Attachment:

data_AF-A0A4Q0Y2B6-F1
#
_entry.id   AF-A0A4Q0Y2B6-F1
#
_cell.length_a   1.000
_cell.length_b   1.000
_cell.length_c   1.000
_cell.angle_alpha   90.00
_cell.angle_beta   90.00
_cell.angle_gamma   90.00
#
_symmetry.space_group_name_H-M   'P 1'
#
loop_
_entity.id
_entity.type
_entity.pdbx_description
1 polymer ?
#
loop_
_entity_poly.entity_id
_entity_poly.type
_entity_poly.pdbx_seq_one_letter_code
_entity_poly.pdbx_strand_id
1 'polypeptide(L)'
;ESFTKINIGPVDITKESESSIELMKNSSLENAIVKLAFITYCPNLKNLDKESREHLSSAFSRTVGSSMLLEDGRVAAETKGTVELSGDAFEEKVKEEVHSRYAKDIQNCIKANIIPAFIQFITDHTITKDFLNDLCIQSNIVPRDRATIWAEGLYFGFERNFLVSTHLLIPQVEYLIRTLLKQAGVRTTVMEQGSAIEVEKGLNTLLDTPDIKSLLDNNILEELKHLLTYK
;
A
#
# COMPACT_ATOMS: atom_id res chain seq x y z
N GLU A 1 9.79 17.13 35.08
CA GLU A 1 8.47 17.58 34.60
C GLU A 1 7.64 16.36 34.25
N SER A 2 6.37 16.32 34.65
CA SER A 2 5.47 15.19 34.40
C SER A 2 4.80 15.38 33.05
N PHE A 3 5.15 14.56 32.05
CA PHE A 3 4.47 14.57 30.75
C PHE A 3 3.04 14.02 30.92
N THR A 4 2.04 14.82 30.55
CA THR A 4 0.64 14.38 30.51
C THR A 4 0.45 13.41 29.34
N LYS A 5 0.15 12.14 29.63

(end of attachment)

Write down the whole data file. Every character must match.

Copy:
data_AF-A0A4Q0Y2B6-F1
#
_entry.id   AF-A0A4Q0Y2B6-F1
#
_cell.length_a   1.000
_cell.length_b   1.000
_cell.length_c   1.000
_cell.angle_alpha   90.00
_cell.angle_beta   90.00
_cell.angle_gamma   90.00
#
_symmetry.space_group_name_H-M   'P 1'
#
loop_
_entity.id
_entity.type
_entity.pdbx_description
1 polymer ?
#
loop_
_entity_poly.entity_id
_entity_poly.type
_entity_poly.pdbx_seq_one_letter_code
_entity_poly.pdbx_strand_id
1 'polypeptide(L)'
;ESFTKINIGPVDITKESESSIELMKNSSLENAIVKLAFITYCPNLKNLDKESREHLSSAFSRTVGSSMLLEDGRVAAETKGTVELSGDAFEEKVKEEVHSRYAKDIQNCIKANIIPAFIQFITDHTITKDFLNDLCIQSNIVPRDRATIWAEGLYFGFERNFLVSTHLLIPQVEYLIRTLLKQAGVRTTVMEQGSAIEVEKGLNTLLDTPDIKSLLDNNILEELKHLLTYK
;
A
#
# COMPACT_ATOMS: atom_id res chain seq x y z
N GLU A 1 9.79 17.13 35.08
CA GLU A 1 8.47 17.58 34.60
C GLU A 1 7.64 16.36 34.25
N SER A 2 6.37 16.32 34.65
CA SER A 2 5.47 15.19 34.40
C SER A 2 4.80 15.38 33.05
N PHE A 3 5.15 14.56 32.05
CA PHE A 3 4.47 14.57 30.75
C PHE A 3 3.04 14.02 30.92
N THR A 4 2.04 14.82 30.55
CA THR A 4 0.64 14.38 30.51
C THR A 4 0.45 13.41 29.34
N LYS A 5 0.15 12.14 29.63